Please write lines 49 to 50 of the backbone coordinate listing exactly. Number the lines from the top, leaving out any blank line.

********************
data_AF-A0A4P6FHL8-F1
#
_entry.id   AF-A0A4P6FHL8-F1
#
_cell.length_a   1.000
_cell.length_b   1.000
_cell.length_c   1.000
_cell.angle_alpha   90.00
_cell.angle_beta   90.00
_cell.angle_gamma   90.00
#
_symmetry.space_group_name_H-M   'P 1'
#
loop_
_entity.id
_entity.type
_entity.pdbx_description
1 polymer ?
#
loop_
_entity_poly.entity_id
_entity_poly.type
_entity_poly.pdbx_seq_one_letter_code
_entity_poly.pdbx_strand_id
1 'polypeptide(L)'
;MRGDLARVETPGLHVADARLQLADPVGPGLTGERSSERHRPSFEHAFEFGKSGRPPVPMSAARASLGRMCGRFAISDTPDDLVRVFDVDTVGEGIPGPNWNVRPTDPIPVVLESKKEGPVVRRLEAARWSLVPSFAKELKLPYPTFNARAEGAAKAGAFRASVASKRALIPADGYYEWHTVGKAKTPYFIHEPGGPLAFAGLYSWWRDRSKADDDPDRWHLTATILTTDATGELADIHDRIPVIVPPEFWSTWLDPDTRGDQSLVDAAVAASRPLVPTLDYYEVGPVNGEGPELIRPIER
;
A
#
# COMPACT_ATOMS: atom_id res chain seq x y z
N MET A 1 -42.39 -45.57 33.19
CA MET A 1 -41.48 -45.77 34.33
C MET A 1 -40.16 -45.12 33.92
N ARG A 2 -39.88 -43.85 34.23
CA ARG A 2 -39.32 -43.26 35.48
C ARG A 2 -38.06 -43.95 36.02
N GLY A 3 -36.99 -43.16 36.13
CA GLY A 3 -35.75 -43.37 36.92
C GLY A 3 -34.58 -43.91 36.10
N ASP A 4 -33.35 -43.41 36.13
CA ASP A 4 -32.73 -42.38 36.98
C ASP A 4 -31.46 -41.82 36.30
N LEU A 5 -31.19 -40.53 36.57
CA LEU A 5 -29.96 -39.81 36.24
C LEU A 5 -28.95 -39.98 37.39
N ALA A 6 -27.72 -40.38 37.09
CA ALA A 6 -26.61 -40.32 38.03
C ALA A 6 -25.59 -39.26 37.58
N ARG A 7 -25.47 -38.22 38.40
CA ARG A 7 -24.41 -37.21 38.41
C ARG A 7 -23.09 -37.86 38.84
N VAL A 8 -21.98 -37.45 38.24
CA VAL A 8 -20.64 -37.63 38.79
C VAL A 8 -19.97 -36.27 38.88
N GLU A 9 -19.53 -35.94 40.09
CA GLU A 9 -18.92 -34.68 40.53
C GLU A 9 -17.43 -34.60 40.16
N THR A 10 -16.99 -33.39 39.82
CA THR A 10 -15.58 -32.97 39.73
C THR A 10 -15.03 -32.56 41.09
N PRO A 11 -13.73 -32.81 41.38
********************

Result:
N ARG A 7 -25.47 -38.22 38.40
CA ARG A 7 -24.41 -37.21 38.41